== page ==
The state of Libya, formerly an Italian colony until independence in 1951 was an authoritarian socialist state under Muammar Qaddafi from 1969 to 2011. His backing of terrorism led to a US bombing in 1986 and UN sanctions in 1992. In 2003 Libya ended its international isolation and abandoned its weapons programs. Since September 2014 the UN has been working to reconcile the governments and encouraging them to form a national unity government.
Libya’s coastline is the longest of any African country bordering the Mediterranean. The Libyan Desert forms the northern and eastern part of the Sahara Desert and covers 95% of Libyan territory. It is one of the driest, harshest and most remote parts of the greater Sahara and in 1922 the highest temperature (58 °C) on earth was recorded here (however it was disqualified by the World Meteorological Organisation in 2013 as it was found to be invalid).
Libya has many sights including the Roman city of Leptis Magna (originally a Phoenician port), the ancient Greek city of Cyrene, the Saharan Ubari lakes and 12,000 year old rock art at Jebel Acacus. However you’ll have to wait a while as travelling to Libya currently is a total no no.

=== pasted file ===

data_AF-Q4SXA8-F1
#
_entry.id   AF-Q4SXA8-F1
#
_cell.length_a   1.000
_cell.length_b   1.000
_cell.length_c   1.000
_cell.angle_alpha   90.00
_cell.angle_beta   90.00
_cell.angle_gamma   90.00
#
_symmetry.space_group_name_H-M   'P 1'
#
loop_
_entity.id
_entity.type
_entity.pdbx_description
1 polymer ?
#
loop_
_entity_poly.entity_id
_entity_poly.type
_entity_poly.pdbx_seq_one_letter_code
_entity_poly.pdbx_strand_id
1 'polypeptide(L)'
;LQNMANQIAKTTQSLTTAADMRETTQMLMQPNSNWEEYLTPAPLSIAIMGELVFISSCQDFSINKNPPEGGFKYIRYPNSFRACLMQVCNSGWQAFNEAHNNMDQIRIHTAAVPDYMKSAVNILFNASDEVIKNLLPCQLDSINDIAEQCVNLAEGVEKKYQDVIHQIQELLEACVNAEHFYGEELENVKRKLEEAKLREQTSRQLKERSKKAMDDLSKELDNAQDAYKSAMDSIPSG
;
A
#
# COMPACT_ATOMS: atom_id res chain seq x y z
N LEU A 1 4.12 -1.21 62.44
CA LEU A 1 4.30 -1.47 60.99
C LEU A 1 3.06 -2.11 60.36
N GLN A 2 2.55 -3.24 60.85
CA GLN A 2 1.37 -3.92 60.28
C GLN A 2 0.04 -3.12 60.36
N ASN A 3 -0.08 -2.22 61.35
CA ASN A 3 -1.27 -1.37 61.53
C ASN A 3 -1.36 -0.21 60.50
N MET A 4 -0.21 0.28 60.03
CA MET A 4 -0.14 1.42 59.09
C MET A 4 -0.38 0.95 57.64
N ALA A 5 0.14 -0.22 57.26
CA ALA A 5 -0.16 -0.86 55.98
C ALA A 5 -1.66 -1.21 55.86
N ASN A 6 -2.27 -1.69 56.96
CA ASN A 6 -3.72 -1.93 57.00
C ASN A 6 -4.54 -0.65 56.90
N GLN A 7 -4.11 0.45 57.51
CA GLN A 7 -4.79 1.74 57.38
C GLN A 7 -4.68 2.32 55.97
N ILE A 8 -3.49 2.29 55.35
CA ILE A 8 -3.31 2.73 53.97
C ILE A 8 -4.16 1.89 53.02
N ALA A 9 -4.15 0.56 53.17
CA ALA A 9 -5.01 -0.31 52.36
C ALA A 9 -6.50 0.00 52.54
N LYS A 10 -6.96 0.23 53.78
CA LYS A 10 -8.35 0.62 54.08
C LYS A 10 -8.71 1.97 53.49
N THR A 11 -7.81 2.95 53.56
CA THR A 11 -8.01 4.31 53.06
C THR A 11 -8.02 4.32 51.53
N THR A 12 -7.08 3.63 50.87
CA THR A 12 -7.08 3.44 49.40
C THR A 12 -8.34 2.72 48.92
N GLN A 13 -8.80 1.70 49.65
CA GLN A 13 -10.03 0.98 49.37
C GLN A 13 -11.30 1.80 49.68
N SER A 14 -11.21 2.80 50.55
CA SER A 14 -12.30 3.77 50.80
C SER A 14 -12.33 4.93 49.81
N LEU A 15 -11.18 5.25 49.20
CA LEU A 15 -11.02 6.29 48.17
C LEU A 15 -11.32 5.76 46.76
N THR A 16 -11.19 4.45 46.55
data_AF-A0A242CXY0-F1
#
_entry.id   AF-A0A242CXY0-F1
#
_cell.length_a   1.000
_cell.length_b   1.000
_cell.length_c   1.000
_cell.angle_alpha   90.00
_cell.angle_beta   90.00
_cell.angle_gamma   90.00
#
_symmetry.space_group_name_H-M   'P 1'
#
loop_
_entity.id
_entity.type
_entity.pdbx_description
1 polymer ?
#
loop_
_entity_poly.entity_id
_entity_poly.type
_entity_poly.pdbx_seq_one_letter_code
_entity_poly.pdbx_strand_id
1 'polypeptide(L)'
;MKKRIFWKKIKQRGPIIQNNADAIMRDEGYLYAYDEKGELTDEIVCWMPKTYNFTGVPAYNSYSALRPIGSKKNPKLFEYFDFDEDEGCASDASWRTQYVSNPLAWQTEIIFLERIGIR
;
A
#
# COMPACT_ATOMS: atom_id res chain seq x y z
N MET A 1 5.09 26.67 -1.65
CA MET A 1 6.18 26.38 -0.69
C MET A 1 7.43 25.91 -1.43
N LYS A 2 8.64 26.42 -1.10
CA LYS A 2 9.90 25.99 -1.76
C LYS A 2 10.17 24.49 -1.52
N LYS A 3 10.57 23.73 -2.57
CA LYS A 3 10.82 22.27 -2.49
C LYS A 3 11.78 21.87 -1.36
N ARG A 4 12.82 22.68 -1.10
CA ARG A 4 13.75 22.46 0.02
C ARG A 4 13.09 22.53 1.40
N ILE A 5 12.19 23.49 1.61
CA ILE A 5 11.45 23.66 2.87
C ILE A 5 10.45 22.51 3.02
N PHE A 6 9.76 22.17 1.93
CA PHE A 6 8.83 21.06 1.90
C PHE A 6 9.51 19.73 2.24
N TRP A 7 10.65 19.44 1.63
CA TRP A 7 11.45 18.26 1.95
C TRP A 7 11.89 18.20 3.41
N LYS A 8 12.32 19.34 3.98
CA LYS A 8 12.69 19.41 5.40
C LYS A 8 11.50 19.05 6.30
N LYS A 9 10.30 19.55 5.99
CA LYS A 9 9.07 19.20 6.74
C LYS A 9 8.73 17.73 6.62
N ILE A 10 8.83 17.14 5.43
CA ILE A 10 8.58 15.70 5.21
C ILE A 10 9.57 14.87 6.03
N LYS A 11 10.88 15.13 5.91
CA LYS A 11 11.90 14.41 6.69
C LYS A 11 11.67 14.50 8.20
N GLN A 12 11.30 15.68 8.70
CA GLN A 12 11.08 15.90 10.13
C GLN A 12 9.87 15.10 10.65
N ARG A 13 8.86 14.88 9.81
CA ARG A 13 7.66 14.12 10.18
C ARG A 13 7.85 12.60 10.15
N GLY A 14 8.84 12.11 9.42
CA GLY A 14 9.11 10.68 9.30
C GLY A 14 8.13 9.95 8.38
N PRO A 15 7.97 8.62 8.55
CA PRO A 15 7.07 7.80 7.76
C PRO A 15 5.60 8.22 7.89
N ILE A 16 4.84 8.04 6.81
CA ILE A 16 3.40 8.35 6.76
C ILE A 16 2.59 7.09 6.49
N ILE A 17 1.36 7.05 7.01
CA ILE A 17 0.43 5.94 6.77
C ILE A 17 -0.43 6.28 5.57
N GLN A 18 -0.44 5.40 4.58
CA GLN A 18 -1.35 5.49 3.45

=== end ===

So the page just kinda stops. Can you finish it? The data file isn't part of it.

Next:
Libyan cuisine derives much from the traditions of Tunisia and Egypt. There are four main ingredients of traditional Libyan food: olives (and olive oil), dates, grains and milk. Some recipes I came across include Mubatan (fried potato stuffed with meat), Mhalbiya (rice pudding), Bureek (pastries), Bazin (bread dome served with lamb stew and eggs) and Khubs bi’ tun (bread with tuna fish). I made Khubzah bil Ashab (Libyan Herb Bread) which was very flavoursome.
Serves: 6 – 8
Prep time: 25 mins + 1 – 1/2 hours resting time
Cook time: 25 – 35 mins
1 cup warm milk
1 cup warm water
1 tbsp dried yeast
1 tsp sugar
8 level tbsp cornflour
3 1/2 cups plain flour
40ml olive oil
4 tsp sugar
2 tsp salt
2 tsp baking powder
Bunch of thyme, chopped
Bunch of parsley, chopped
Green olives, chopped
1 tsp paprika
Add the dried yeast to 1/2 cup of warm water with a tsp of sugar
Measure 2 level tbsp into a cup and then fill to the top with plain flour then sieve into a bowl, repeat this 3 more times
Sieve the flour and cornflour 4 more times, then seive in the salt and baking powder
Add the warm water into the yeast and sugar and stir well
Add the liquid to the sieved flour gradually and bring into together to a soft dough
Stir in the herbs, olives and paprika into the dough
Stir in the olive oil
Cover the dough with a tea towel and leave it somewhere warm for 1 – 1/2 hours
Preheat the oven to 220 C.
Grease a loose base cake tin (about 20cm by 20cm)
Pour the dough and smoothen.
Brush generously with olive oil.
Put in the hot oven and cook for 25 – 30 mins or until golden
Use a skewer to ensure the dough is cooked
Remove from the cake tin and leave to cool on a wire rack
Cut into squares and serve with mint tea